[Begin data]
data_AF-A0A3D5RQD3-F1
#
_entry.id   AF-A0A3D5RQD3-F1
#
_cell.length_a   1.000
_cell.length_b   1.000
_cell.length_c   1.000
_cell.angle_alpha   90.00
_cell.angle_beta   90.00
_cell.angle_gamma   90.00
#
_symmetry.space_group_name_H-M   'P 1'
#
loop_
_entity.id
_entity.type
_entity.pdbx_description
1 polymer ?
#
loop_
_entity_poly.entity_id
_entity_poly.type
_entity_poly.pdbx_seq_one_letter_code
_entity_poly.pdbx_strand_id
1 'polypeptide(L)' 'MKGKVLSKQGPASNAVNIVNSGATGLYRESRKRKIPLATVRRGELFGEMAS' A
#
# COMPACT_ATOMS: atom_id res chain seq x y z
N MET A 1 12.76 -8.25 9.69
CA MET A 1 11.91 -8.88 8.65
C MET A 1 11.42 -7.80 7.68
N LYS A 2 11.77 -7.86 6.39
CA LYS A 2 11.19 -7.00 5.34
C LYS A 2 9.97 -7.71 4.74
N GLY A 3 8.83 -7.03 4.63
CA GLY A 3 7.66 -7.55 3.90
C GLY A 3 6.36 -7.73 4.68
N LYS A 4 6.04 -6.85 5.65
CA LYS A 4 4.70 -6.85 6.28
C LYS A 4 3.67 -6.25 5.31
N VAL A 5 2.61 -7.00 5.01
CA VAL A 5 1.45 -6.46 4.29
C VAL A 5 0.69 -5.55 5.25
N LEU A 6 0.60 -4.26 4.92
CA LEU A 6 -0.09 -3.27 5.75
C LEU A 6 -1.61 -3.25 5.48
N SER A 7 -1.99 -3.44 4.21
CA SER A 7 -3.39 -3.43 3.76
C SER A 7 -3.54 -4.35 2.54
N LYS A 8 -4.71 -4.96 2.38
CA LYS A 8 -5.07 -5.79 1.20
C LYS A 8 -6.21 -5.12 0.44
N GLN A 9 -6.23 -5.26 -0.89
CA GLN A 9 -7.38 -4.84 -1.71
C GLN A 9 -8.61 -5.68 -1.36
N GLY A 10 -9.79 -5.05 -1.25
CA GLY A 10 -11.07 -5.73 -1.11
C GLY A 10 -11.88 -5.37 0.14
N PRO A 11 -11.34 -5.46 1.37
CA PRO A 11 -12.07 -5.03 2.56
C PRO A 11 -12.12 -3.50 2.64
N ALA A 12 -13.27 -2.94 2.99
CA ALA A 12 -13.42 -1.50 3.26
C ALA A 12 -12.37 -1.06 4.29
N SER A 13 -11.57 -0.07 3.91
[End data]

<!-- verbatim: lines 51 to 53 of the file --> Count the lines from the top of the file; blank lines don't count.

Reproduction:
C LYS A 8 -6.21 -5.12 0.44
N GLN A 9 -6.23 -5.26 -0.89
CA GLN A 9 -7.38 -4.84 -1.71